East Coast ports are falling victim to their own success, says Xeneta’s Peter Sand.
Less than one in five containerships are now arriving on time on the U.S. East Coast as the West to East coast cargo shift hits schedule reliability, according to market intelligence platform Xeneta.
East Coast ports have gained this year due to a continuing shift in container shipping capacity away the West Coast in the Far East to the United States trade. Unfortunately, this shift has caused congestion for East Coast ports as West Coast ports improves relative to their peak in late 2021 and early 2022. In fact, the situation on the East Coast has now deteriorated to the point where less than one in five container ships, or 18.7%, currently arrive on time, according to Xeneta.
“We’ve seen a stretched supply chain on the US West coast for a protracted period,” said Peter Sand, Chief Analyst at Xeneta. “This has been frustrating for both the carriers and cargo owners, with, at peaks times, vessels having to wait for three weeks, or more, for a berth at Los Angeles and Long Beach. That congestion has provided impetus for carriers to adjust capacity and try to side-step bottlenecks, looking East instead.”
East Coast ports have seen cargo volumes increase nearly 12% this year and Sand notes that, in the past three months, capacity between the Far East and the US East Coast has risen by 18.9% year-on-year—translating to an average capacity of 210,000 TEU, the equivalent of carriers adding four 8,750 TEU ships, per week against 2021 levels, according to Xeneta.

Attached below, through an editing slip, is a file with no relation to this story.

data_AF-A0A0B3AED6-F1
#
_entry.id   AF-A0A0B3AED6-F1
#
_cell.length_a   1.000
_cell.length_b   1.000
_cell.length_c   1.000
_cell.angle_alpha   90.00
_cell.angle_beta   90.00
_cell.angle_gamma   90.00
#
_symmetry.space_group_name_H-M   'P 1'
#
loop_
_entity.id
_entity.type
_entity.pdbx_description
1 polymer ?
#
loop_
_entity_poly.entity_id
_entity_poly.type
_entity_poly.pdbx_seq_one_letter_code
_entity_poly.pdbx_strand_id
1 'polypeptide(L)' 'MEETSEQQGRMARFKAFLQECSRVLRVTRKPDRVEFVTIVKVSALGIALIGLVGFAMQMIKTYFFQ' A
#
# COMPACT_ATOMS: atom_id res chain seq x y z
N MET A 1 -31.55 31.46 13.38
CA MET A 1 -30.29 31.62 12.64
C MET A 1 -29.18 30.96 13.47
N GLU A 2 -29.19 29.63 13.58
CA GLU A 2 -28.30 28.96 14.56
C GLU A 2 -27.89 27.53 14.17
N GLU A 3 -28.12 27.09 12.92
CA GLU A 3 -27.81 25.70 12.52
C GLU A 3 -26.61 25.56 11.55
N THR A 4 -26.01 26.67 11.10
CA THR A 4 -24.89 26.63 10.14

“This is a major shift, but unfortunately it also comes with major repercussions,” said Sand. “As more vessels and cargo heads East – there’s been a 11.9% increase in volumes so far this year, with a 7.3% year-on-year increase in May alone – the chain on this side of the country is pressurized, and there’s a price to pay in terms of reliability. So, in a way, the East Coast becomes a victim of its own success and the West has the breathing space to recover somewhat.”
Current figures from the Port of New York and New Jersey showed 19 ships at anchor, while at the Port of Savannah the number of ships at anchor has exploded to more than 40. The two ports are the largest and second largest ports on the East Coast, respectively.
“This begs the question; what do carriers do now? Shift back again, or hold out for improvements?,” Sand asks.
While West Coast ports still enjoy the “lion’s share” of capacity from the Far East, year to date cargo volumes are down 8%, with May 2022 registering a significant 12.8% year-on-year decline, according to Xeneta. As a result, West Coast ports’ share of inbound cargo volumes from the Far East has fallen from over 66% in July 2021 to a little under 60% currently.
“Despite ongoing concerns portside, with the continued threat of industrial action from dockworkers, amongst other factors, those shipping to the West Coast will have enjoyed easing congestion of late. Fewer ships mean less pressure, and schedule reliability has now reached its highest level in over a year,” said Sand.
“Nevertheless, only 24.8% of ships are arriving on time – with an average delay of 9.9 days (against an average of nine days on the East Coast) – so there’s still a lot of work to be done. It’ll be very interesting to see how this develops, as well as, of course, how rates are impacted by the capacity adjustment and changing demand picture going forwards,” Sand added.
About those rates… Drewry’s composite World Container Index (WCI) for spot rates decreased by another 2% this week, marking the index’s 23rd consecutive weekly decrease and 29% below the same week last year. Looking at spot freight rates by major route, Shanghai-Los Angeles rates fell 3% on the week, to $7,280 per 40ft container, and are down 32% compared to last year. Shanghai-New York rates fell 1% weekly, to $9,842, and are now down 29% year-on-year. Still, the Drewry WCI composite index for spot rates remains 84% higher than the 5-year average.
Meanwhile, a report from Xeneta last week said long-term container shipping rates, which ocean carriers bank on, are showing signs of peaking.
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